KNOXVILLE — Corey Vereen knows his role in Tennessee's defense is expanding this season.
The sophomore defensive end also knows increased production will be part of the expectations that come with being an every-down player.
The Volunteers had the lowest sack total in the SEC in each of the last two seasons, and as he showed in certain moments as a freshman in 2013, Vereen has the ability to help Tennessee's nonexistent pass rush.
As a likely starter, though, Vereen will have to expand his game beyond just being a situational player.
"Pretty much [I have to] just stay aware of my surroundings, stay strong in the hole and when the time comes to get up field, get up field," he said after the Vols opened preseason practice on Friday night.
"This year I just want to stay consistent on every day. Every single down I'm out there, it needs to the same performance, the same attitude, the same energy -- everything."
After returning quickly from a knee injury he suffered in August, Vereen played in nine games last season. He earned a spot on Tennessee's "smurfs" package, an all-defensive end front four the Vols used on passing downs. His lone sack was of Georgia's Aaron Murray in the second half of Tennessee's overtime loss to the Bulldogs.
Vereen also made a key play on a fourth-down pass late against South Alabama that helped Tennessee escape with a win and combined for seven tackles against Missouri and Auburn.
Now he's trying to build on the taste of the game he got last season.
"Coach Strip [defensive line coach Steve Stripling] has us working on a lot of moves every day," Vereen said. "Claws, swipes, sweeps -- a lot of variations to keep us on our toes. It's to give us a lot of tools in our toolboxes that we can use on the field."
Tennessee's all-new offensive line has pointed to external doubts about their ability as a point of motivation this offseason, and Vereen said the Vols' new-look defensive line is thinking the same way.
"Coach [Butch] Jones tells us every day they picked us last and that's how they feel," he said, "but we're gonna come back strong and we're gonna work every day.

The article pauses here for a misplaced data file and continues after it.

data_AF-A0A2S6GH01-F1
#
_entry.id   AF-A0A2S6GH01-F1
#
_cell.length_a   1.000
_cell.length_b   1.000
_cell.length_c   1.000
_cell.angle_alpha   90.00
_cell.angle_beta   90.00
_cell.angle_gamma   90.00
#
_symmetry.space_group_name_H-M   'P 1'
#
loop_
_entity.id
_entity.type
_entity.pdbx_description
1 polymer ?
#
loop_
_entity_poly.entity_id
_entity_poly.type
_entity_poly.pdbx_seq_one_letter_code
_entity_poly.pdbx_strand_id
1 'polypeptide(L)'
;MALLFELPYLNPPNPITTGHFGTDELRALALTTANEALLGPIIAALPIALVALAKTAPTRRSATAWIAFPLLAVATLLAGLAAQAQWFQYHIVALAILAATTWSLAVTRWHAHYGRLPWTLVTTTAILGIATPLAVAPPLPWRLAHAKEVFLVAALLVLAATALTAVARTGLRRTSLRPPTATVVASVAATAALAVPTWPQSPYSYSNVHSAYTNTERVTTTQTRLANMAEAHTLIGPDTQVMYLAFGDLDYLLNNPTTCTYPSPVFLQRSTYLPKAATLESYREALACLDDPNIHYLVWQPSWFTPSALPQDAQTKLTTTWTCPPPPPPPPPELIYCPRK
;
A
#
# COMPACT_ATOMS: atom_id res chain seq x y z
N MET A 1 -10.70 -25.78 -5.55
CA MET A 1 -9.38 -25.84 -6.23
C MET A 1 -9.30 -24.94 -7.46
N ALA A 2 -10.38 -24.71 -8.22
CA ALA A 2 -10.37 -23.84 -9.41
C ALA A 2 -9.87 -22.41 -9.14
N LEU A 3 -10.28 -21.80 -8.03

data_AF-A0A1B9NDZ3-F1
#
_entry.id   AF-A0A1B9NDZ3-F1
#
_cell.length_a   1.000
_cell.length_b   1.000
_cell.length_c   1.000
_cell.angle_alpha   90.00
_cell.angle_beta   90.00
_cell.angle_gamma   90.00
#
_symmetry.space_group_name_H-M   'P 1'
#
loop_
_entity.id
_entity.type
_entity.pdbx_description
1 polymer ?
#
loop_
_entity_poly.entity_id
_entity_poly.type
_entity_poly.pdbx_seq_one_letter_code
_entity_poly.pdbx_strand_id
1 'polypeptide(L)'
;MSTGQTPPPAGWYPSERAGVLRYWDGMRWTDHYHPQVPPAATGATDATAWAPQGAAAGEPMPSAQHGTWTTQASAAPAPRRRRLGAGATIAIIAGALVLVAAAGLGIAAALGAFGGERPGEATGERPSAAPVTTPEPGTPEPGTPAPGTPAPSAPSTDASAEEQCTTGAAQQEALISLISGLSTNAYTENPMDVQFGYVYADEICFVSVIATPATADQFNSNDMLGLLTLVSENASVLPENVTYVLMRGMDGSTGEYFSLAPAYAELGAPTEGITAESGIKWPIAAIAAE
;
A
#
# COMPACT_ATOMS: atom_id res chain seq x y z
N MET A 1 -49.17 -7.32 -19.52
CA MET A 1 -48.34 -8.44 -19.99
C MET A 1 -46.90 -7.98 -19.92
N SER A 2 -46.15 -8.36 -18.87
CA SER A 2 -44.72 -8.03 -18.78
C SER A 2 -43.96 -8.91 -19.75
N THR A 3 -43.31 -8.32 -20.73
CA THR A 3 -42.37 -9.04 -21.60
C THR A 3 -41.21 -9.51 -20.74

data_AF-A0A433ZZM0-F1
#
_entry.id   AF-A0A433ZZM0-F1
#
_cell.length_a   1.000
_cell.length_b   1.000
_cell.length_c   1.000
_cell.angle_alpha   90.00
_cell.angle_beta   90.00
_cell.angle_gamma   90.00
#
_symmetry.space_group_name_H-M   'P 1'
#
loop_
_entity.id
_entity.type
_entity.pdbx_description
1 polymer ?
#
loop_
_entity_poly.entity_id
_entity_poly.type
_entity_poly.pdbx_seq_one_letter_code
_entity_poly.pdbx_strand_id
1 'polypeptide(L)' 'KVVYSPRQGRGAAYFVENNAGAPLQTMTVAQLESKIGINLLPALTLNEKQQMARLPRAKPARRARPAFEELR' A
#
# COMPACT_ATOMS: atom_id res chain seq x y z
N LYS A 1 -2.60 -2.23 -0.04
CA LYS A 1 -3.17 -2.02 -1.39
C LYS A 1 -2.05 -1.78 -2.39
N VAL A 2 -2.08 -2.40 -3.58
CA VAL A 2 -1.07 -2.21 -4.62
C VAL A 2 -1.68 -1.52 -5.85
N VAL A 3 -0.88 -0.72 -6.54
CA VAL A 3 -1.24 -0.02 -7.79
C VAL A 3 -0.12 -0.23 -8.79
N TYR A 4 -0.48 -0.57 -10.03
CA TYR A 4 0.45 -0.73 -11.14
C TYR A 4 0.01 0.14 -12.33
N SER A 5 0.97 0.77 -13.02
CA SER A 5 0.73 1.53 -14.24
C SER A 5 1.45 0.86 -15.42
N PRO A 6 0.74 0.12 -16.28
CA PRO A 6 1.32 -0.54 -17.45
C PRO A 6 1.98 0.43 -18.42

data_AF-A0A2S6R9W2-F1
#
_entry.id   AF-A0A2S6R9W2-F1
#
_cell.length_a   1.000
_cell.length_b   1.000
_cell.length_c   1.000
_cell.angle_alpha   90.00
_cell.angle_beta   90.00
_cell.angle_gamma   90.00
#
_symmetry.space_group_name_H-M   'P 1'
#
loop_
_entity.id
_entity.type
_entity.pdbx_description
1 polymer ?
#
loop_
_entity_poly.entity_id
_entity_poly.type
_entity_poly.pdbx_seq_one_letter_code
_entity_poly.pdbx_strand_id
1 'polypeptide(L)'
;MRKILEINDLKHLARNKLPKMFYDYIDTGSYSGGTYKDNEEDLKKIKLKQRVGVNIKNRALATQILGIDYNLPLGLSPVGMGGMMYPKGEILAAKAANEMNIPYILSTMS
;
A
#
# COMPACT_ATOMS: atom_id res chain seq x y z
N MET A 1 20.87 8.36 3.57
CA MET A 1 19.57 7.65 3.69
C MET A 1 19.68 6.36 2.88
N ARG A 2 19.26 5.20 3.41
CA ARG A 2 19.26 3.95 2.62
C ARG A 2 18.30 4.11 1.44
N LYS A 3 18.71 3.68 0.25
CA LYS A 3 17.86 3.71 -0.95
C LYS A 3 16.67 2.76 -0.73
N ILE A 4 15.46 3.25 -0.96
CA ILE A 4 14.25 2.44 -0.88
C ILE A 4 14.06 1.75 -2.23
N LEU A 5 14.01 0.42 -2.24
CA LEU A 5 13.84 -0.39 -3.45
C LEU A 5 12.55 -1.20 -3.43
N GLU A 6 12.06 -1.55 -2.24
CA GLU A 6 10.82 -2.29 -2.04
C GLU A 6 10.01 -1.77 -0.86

"We're not gonna listen to that, and basically we're gonna play Tennessee football at the end of the day."
Saturday practice observations
• Former walk-on Jacob Gilliam, a fifth-year senior, continues to work with the first-team offense at left tackle ahead of touted junior college transfer Dontavius Blair. Jones said after Friday's practice, however, that Blair "looks completely" different than he did in the spring and "translated" his strong offseason onto the field in the practice opener.
• Justin Worley was the quarterback with the first-team offense during the Vols' walk-through period early in practice. At the skill positions were three newcomers -- freshman tight end Ethan Wolf, freshman receiver Josh Malone and JuCo transfer receiver Von Pearson -- along with tailback Marlin Lane and receiver Marquez North. The first-team offense looked much like it did during the spring.
• Jones singled out redshirt freshman offensive tackle Brett Kendrick as the first "energy vampire" of the season after the team's stretching period. No, it's not a label you want.
• Both Lane and Pearson were very vocal during drills. Lane told the running backs to move "on the hop" during one pass-blocking drill, while Pearson encouraged seemingly every other receiver after their rep during another period.
• Jones reminded freshman tailback Jalen Hurd, a former five-star recruit, that Alabama's two tailbacks both started out playing special teams -- that's true, too -- when they were freshmen during a punt coverage drill.
• After he was unhappy with his quarterbacks' accuracy on Friday night, Jones reminded the signal-callers to improve in the area as Tennessee transitioned into its routes-on-air period. The Vols track balls on the ground during a practice, and Jones said there were 62 on Friday night. The intended range is 18-20.
• Cody Blanc did not practice after injuring his lower leg on Friday night, while sophomore offensive lineman Dylan Wiesman and freshman cornerback Rashaan Gaulden worked on the side of Saturday's practice.
More from Saturday's practice online and in Sunday's Times Free Press.
Patrick Brown has been the University of Tennessee beat writer since January 2011. A native of Memphis, Brown graduated from UT in May of 2010 with a bachelor’s degree in Journalism/Electronic Media and worked at the Knoxville News Sentinel for two years on the sports editorial staff and as a freelance contributor. If it’s the NBA, the NFL or SEC football and basketball, he’s probably reading about it or watching it on TV. Contact him ...